A new model that predicts the course of the COVID-19 pandemic in Italy using data from the outbreak is reported in a paper in Nature Medicine. This model — which considers eight stages of infection and differentiates between diagnosed people and non-diagnosed people — could provide policymakers in Italy and elsewhere a tool with which to assess the consequences of possible strategies, including lockdown and social distancing, as well as testing and contact tracing. The study shows that the adopted social-distancing measures are necessary and effective and should be promptly enforced at the earliest stage. Lockdown measures can be relieved safely only in the presence of widespread testing and contact tracing, the findings suggest.
Ending the global COVID-19 pandemic requires the implementation of multiple population-wide strategies, but the effectiveness of such strategies and their ability to ‘flatten the curve’ remains uncertain.
Giulia Giordano and colleagues describe a new epidemiological model for the COVID-19 pandemic, named ‘SIDARTHE’, which distinguishes between detected (diagnosed) cases and undetected (undiagnosed) cases and among different severities of illness. They divided the population into eight stages of the disease: susceptible (uninfected); infected (asymptomatic or presenting few symptoms, infected, undetected); diagnosed (asymptomatic infected, detected); ailing (symptomatic infected, undetected); recognized (symptomatic infected, detected); threatened (infected with life-threatening symptoms, detected); healed (recovered); and extinct (dead).
The authors used data from Italy from 20 February 2020 (day 1) to 5 April 2020 (day 46) to show how the progressive restrictions, including the most recent lockdown enforced since 9 March 2020, have affected the spread of the pandemic in Italy. The authors also modeled possible longer-term scenarios of the effects of various countermeasures, including social distancing, contact tracing and population-wide testing. The model predicted that the peak number of actual concurrently infected people would occur around day 50, with 0.19% of the population infected; however, the peak number of detected concurrently infected people would occur about one week later.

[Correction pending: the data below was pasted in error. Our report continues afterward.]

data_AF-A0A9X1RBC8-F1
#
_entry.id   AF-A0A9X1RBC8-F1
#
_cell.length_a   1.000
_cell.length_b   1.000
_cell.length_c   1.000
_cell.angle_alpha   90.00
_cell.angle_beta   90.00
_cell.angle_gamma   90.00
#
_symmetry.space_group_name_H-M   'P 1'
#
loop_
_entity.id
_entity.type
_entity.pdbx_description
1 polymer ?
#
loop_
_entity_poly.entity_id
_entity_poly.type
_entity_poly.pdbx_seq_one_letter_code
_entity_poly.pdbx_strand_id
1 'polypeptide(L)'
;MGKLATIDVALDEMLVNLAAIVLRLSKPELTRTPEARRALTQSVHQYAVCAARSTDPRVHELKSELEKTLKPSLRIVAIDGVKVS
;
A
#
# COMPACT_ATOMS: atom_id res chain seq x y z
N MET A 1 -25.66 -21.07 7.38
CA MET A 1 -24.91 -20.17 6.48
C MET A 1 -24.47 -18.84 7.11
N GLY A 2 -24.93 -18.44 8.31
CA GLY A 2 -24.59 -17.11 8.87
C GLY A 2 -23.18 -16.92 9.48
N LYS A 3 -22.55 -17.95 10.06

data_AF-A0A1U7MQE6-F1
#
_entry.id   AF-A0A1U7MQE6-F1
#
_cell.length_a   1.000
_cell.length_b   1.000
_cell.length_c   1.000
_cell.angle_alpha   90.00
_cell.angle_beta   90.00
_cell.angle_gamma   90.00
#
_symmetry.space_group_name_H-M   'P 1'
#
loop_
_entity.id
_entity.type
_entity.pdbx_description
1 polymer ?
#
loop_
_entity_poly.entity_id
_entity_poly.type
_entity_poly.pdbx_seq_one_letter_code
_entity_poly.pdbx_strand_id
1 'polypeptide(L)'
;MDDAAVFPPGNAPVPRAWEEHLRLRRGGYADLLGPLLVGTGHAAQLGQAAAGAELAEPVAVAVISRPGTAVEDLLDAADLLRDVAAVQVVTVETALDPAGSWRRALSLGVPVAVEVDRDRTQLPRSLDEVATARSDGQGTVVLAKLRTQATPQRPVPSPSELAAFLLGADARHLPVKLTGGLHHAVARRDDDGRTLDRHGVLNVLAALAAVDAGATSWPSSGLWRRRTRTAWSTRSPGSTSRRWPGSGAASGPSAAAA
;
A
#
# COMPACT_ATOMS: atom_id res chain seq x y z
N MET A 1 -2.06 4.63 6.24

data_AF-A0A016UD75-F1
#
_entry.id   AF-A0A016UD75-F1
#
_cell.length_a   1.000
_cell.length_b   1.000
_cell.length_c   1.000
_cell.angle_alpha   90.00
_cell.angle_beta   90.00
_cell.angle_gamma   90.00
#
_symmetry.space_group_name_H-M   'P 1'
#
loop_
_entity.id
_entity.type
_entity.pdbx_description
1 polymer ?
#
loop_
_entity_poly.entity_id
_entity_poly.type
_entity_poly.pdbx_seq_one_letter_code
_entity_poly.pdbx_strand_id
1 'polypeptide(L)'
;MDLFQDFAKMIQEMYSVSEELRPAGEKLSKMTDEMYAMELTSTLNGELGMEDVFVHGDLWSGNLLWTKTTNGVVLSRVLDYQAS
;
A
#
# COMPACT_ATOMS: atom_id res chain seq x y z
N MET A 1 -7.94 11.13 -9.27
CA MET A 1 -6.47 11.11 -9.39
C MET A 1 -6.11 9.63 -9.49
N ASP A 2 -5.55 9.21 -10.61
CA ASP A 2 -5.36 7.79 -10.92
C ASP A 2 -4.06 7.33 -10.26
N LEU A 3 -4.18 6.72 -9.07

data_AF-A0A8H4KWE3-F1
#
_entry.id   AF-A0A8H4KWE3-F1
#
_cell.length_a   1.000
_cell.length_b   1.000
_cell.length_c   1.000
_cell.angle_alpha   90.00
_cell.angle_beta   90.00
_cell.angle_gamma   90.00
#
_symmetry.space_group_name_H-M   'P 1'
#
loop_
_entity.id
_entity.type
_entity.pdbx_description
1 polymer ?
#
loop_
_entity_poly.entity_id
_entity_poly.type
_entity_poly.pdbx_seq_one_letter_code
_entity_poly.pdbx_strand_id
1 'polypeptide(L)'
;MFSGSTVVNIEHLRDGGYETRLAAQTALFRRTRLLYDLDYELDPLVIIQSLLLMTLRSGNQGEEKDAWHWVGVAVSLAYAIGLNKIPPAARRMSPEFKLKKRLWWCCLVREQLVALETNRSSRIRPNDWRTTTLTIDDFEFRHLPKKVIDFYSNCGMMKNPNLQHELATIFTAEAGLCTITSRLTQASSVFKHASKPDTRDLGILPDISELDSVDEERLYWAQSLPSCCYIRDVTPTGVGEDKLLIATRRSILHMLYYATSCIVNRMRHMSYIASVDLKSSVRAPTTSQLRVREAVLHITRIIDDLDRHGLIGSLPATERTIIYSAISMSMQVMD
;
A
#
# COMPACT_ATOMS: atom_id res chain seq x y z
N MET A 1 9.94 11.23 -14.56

The findings confirm the hypothesis that diagnosis campaigns can reduce the infection peak and could help end the pandemic faster. The model does not consider reduced availability of medical care due to the healthcare system’s reaching or even surpassing its capacity, but the authors note that these analyses can be done indirectly. For example, when the number of seriously affected people is high, the mortality ratio will be increased due to an insufficient number of intensive care units (ICUs).
The authors also found that partial implementation of lockdown measures would result in a delay in the peak of concurrently infected people and patients admitted to the ICU, but with an only moderate decrease in the total number of infected people and ICU admission. Conversely, the implementation of very strong social-distancing strategies would result in an anticipated lower peak of concurrently infected people and patients admitted to the ICU, with a marked decrease in the total number of infected people and ICU admissions due to the disease. The authors estimate that there would be 70,000 deaths in the first year with a less-stringent lockdown, and 25,000 deaths with a more-stringent lockdown.
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